Courts should seek doctrinal principles that bear even-handed application across different contexts with differing ideological implications.
The Chief Executive of Hong Kong recently lamented that permitting democratic elections there would permit too many relatively poor people to vote. He fears that this group – comprised of those earning less than $1,800 per month, in his view – could vote themselves excessive benefits and endanger Hong Kong’s prosperity.
The irony is delicious – the Chief Executive, vetted for his position by the Communist Party of China, opposes democracy because it empowers the poor. May the communist slogans in China rest in peace!
But does the Chief Executive have a point, at least in the Hong Kong context? Hong Kong has prospered tremendously without real democracy. Between 1961 and 1997, when the British returned Hong Kong to China, real per capita income in Hong Kong grew by approximately 5.5 percent per year, on average, transforming the community into one of the wealthiest in the world. Since 1997, Hong Kong has continued to grow at a faster rate than most industrialized nations, albeit now at a slower rate than before. What needs fixing?
The most persuasive counterargument is that the growth happened either under British rule or in its immediate aftermath under institutions that the British established. Indirect rule by one of the great rights-respecting democracies differs profoundly from indirect rule by a communist dictatorship. More generally, the British had incentives to make Hong Kong successful: a flourishing outpost in Asia contributed to Britain’s own success. These conditions cannot be expected to be replicated indefinitely. Democracy is form of government with lower risk: while it might be less likely to reach the successes Hong Kong enjoyed in the past, it is much less likely to lead to disasters, including those of large-scale expropriation or state sponsored violence.
As for the concern that the poor may vote themselves benefits, a government that is plaything of local oligarchs (as some have accused Hong Kong’s of being) can become a racket of the rich. For instance, those with large properties may impose onerous zoning laws to keep their property values high at the expense of the less well-to-do.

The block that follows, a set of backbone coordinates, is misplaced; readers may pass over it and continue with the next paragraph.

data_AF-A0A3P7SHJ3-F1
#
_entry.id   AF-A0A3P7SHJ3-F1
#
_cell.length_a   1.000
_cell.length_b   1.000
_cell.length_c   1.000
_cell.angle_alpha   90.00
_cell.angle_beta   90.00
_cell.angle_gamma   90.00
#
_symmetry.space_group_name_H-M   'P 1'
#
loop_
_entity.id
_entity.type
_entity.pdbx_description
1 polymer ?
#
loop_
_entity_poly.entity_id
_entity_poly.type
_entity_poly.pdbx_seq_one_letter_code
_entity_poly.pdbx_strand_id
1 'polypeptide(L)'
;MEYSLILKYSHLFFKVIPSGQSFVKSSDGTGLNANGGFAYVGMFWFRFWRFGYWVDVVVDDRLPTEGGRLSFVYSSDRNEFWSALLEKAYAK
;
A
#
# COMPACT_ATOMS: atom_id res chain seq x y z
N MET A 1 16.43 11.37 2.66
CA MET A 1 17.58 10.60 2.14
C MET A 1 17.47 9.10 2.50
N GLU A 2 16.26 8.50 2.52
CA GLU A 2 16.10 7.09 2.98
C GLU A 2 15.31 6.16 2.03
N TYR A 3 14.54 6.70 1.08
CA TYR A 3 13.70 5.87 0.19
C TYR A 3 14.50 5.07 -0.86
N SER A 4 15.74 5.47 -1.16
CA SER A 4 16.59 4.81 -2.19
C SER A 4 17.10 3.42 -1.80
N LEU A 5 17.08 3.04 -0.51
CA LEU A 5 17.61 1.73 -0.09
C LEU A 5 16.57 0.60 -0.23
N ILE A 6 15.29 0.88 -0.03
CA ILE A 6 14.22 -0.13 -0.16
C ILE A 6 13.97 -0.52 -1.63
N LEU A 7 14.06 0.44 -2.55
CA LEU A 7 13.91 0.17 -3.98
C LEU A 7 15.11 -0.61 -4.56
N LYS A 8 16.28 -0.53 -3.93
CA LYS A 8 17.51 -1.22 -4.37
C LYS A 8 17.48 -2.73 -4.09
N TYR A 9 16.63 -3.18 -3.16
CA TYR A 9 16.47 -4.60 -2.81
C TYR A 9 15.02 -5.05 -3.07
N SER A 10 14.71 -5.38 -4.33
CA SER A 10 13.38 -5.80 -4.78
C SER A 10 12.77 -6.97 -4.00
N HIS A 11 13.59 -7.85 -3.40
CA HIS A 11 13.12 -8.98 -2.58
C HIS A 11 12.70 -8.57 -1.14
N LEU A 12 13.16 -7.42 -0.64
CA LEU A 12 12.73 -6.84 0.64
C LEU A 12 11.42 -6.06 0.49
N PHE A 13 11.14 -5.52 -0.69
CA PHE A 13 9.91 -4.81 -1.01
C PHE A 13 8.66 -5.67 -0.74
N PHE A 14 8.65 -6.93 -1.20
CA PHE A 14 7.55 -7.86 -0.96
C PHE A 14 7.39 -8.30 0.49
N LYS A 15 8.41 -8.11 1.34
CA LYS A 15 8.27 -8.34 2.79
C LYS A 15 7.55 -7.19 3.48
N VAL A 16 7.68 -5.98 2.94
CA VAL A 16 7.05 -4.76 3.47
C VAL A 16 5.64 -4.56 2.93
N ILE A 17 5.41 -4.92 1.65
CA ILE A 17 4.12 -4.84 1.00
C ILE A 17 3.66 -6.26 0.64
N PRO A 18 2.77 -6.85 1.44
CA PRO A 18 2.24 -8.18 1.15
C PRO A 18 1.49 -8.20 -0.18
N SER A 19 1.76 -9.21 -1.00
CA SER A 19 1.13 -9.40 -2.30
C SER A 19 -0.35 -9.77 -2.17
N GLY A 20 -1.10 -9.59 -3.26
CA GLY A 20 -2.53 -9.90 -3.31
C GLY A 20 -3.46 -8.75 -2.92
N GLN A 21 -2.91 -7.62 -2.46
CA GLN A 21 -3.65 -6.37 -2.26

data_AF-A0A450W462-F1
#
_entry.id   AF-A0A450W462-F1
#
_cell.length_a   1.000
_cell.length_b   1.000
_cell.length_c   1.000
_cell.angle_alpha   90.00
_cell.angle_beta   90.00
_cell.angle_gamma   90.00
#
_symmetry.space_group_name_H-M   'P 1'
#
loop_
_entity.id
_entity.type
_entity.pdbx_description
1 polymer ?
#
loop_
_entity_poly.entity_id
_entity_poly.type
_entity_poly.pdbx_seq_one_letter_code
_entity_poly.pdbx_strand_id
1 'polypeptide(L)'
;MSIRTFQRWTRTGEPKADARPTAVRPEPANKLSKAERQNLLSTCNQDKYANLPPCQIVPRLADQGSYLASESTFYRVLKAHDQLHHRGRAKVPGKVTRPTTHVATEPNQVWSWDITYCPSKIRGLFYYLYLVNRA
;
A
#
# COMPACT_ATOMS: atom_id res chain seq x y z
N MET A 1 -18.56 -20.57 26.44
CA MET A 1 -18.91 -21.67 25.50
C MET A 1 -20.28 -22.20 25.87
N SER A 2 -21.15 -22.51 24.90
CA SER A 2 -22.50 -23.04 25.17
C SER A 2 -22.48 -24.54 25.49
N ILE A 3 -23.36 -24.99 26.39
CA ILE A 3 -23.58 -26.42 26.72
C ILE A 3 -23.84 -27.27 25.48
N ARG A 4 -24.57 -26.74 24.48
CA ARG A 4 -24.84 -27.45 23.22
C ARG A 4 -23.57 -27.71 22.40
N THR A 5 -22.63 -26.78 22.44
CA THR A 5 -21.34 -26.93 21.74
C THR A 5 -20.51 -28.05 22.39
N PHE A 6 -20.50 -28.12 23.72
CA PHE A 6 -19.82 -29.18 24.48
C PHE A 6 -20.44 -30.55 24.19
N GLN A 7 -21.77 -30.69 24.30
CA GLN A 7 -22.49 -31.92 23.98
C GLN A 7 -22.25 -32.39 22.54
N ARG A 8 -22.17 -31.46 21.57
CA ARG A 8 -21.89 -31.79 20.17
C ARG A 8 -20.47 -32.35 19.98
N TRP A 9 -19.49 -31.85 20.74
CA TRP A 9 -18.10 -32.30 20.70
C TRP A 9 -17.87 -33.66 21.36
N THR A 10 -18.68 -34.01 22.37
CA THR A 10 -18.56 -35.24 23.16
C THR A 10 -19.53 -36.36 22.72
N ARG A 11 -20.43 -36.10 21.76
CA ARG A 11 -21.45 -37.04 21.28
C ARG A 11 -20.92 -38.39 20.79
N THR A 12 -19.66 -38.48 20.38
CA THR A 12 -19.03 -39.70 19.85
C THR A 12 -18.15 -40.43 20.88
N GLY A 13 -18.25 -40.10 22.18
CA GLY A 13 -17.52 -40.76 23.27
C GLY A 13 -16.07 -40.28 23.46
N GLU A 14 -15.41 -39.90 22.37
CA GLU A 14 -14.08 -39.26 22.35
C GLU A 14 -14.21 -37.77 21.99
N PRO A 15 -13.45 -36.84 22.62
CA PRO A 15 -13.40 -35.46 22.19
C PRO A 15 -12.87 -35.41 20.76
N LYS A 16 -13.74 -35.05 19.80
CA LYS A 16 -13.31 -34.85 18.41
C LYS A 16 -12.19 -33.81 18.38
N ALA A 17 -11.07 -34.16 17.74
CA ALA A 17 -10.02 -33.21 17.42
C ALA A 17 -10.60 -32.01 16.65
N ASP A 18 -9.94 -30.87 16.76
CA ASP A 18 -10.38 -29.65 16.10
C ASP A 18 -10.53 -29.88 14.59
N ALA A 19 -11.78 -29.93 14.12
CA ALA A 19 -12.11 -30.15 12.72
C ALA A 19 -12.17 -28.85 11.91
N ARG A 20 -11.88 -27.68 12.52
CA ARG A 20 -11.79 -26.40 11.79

But I do think the protestors of Hong Kong may be putting too much faith in simple democracy. Without a system of checks and balances and strong protections for individual rights, including those of property and contract, there is a danger that simple democracy can harm continued economic progress in Hong Kong. In other words, the introduction of democracy likely requires other changes in institutions that were better adapted to a less democratic regime. For instance, my cursory reading of the Hong Kong Constitution suggests that relatively few rights are expressly spelled out in the Constitution. International law rights are referenced but seem to depend on implementation by the legislature.
Here is a suggestion for Hong Kong’s democrats: Call for a new Hong Kong Constitution which would embed democracy in republican institutions, including strong rights of liberty of contract and property to be protected by judicial review. A bicameral legislature may also be useful, because it tends to slow down change and cool passions. Such a constitution might in fact appeal to a wider group of Hong Kong citizens, including those who fear that simple democracy may favor passion over reason. If such a constitution were passed by a supermajoritian consensus, its provisions would likely be good. And as importantly it would then have the kind of very widespread buy-in from Honk Kong society that China would have more difficulty resisting.